Cherry Blossoms may bloom early as winter ends warm in DC region

Winter is quickly coming to an end in the Northern Hemisphere, and for those in the eastern half of the United States, it looks to end on quite a warm note. 

What we refer to as "meteorological winter" officially comes to an end this week, though this is done simply for data purposes. 

Spring officially begins in a little over three weeks on the 19th of March. However, much of the final few weeks of winter will feel much more like spring around the D.C. region. 

This winter has been yet another rough one for those who enjoy the winter cold and snow. 

While there were periods of winter weather around here, it was not enough to balance out the periods of more extreme warmth, including D.C.’s first-ever 80° day in January. 

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Warmest winter in DC history 

This winter is on pace to be one of the warmest in D.C. history, while nationally it could end up being the top five warmest winters on record for the lower 48 states. 

One of the sadder statistics has been snowfall, as it was another winter of wasted potential. El Niño winters have provided some of the snowiest winters in D.C. history, but this year, the "big one" never came to fruition. 


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With a potentially strong El Niño in play for the 2023-2024 winter season, we're forecasting more snow than an average winter for the Washington D.C. metro, Northern Virginia and Maryland.

We noted way back in our winter outlook that it would be a "boom or bust" type of winter, and sadly it sure is looking like a bust. That being said, 8" of snow is still enough to make it the second-snowiest winter of the last five years — although that is another sad statistic in itself. 

Our region has not suffered alone though. New York City is running over a foot below normal, while Boston is over two feet below normal when it comes to snowfall. In fact, if they fail to reach 10" of snow this year, it will be their third least snowy winter on record. 

Will DC, Maryland, and Virginia get more snow this winter? 

While we should never write off March for adding on to the snowfall total (D.C. does average 2" of snow in March), we will say the pattern at the moment does not look promising for any additional snow this winter. 

Monday saw D.C. hit 68°F, the second-warmest temperature of the year so far, and similar conditions are expected on both Tuesday and Wednesday as a powerful storm system in the Midwest drags warmth into the eastern half of the country.  

The big difference in warmth on Tuesday and Wednesday is that it will come with a lot more cloud cover and some scattered showers.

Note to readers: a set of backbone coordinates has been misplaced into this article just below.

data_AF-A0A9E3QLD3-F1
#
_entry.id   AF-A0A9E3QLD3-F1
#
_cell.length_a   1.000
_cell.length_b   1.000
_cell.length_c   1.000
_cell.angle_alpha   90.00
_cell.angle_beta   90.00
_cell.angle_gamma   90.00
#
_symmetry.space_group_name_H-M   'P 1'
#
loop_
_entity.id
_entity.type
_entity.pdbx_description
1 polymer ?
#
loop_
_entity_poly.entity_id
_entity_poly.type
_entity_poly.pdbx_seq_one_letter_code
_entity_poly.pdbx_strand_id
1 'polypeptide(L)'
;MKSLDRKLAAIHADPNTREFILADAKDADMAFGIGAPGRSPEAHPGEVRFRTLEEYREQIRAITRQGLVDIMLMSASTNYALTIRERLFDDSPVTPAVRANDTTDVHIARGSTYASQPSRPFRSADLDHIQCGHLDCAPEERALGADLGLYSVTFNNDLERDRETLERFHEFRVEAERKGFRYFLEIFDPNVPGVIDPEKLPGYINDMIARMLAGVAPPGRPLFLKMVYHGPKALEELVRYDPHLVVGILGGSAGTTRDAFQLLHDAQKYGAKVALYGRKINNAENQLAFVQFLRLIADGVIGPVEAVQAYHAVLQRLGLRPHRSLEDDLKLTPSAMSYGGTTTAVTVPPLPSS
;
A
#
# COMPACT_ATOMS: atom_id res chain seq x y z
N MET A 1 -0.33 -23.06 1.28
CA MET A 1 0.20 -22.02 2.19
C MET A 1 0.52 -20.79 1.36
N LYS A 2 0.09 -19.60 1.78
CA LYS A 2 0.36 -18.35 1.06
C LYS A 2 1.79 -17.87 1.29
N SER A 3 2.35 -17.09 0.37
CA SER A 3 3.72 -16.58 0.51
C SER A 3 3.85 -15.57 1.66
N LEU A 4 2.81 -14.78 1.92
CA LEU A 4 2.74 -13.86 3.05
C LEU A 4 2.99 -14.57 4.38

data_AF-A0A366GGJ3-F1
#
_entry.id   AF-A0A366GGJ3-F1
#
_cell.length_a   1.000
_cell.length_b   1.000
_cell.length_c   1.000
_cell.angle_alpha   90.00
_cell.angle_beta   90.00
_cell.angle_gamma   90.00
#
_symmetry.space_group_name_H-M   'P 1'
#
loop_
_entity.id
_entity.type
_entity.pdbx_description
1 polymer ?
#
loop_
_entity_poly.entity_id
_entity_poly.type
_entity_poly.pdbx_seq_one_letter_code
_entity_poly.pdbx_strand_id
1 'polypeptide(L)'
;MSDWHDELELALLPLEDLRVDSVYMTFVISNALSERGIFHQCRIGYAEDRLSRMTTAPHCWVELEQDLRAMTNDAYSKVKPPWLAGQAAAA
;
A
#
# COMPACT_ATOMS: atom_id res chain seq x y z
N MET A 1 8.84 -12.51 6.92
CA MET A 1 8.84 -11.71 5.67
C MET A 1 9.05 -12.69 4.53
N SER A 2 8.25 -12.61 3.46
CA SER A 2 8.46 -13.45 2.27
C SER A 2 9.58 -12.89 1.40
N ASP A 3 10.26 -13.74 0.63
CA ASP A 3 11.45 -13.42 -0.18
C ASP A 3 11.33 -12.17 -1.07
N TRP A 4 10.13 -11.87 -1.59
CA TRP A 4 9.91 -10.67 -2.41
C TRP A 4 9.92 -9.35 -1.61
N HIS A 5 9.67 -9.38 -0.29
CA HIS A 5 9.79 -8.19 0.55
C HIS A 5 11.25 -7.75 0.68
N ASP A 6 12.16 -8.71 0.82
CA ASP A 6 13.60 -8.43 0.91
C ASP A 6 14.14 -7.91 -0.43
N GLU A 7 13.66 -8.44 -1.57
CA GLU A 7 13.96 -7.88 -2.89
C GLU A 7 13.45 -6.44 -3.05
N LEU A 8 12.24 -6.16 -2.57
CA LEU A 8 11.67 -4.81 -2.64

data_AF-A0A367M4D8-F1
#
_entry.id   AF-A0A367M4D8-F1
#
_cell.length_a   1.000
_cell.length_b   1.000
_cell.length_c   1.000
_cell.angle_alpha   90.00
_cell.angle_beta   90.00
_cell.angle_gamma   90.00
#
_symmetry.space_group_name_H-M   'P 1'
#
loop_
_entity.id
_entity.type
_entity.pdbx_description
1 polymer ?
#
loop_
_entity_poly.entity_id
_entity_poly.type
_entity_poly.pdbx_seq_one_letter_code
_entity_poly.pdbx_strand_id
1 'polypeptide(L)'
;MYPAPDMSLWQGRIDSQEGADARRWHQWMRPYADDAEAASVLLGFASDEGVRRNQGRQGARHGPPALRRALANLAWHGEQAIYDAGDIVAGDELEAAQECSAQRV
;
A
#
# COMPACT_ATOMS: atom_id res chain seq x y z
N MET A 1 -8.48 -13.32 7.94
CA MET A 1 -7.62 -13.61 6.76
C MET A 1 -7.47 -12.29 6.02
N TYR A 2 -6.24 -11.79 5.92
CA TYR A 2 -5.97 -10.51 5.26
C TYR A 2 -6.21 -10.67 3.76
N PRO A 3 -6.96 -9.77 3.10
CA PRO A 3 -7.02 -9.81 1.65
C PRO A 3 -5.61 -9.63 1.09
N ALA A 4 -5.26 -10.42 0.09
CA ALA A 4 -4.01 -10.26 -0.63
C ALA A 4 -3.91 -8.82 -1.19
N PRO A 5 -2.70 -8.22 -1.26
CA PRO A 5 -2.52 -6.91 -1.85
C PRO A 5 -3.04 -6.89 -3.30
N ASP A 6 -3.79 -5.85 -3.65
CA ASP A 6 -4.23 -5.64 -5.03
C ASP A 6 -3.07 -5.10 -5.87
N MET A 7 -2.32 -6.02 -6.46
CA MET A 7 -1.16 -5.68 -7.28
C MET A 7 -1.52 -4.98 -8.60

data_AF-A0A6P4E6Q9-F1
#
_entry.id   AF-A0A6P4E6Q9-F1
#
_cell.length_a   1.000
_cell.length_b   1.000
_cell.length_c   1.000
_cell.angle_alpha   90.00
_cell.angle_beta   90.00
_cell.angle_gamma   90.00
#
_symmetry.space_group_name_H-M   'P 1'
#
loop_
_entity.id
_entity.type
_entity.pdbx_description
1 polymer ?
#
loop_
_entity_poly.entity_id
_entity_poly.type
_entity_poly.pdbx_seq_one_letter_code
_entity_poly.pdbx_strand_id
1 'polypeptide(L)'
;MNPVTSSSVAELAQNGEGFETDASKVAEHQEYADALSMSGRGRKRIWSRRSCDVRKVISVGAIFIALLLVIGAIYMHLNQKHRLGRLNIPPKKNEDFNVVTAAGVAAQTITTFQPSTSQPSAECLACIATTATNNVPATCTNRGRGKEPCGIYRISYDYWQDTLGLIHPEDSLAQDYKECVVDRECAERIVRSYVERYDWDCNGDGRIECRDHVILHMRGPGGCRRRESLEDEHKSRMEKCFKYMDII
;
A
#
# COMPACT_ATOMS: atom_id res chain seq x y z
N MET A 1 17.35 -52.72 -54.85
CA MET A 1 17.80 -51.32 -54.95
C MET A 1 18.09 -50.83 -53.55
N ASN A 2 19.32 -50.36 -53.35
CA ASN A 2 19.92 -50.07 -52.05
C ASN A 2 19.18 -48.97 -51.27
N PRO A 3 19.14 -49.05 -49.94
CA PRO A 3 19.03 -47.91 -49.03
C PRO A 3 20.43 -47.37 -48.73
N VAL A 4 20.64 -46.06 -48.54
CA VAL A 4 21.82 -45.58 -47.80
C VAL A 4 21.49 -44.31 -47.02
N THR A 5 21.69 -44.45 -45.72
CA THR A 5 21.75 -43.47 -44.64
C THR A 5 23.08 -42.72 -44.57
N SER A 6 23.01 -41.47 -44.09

By Wednesday afternoon, a period of heavy rain and perhaps even a few thunderstorms are likely as a strong cold front passes our region. 

Rain may even end as a period of snowfall over the mountain areas to the west, but this is not likely in the lowlands to the east across the D.C. region. 

Behind this front, on the final day of this leap year February, almost ironically, it will end up feeling more like February as temperatures tumble back into the 20s and 30s overnight and 40s during the day. 

It will be a deceptively sunny end to the month, but just like the cold throughout much of this winter, it will not stick around long at all.  

March weather forecast in DC region 

As March begins on Friday, temperatures should quickly rebound into the 50s by the afternoon as another storm system approaches our region, giving us our next chance of showers after Wednesday. 

An early spring warmth pattern then dominates much of early March, with some guidance suggesting the entirety of the weekend and next week could be spent above 60°F. 

While the occasional rainy day threatens to push temperatures back into the 50s, there is no denying that it is a spring pattern that is going to grip the region for at least the first half of March.  

When will the Cherry Blossoms bloom? 

So what does all this warmth mean for our D.C. Cherry Blossoms? 

The National Park Service is set to release its first projection for peak bloom on Thursday this week. 

In the FOX 5 Weather Department, we believe they are going to go for an earlier-than-normal bloom given the very warm winter that our region has seen, and especially given the warmth that remains in the forecast.  

We do not have to go back too far to get an idea of when they may forecast, given how similar temperatures have been this winter to last winter in the D.C. region. 

Peak bloom the past two years has been within the first few days of spring, and we think that echoes true this year as well. 

Last year, peak bloom hit on March 23, according to the National Park Service, while the year before was March 21. 

FOX 5 is forecasting peak bloom will likely fit right inside a similar window, between March 20 and March 25 this year. 

This is just our projection! 

Tune in on Thursday to FOX 5 to get the official announcement from the National Park Service on when Peak Bloom is expected.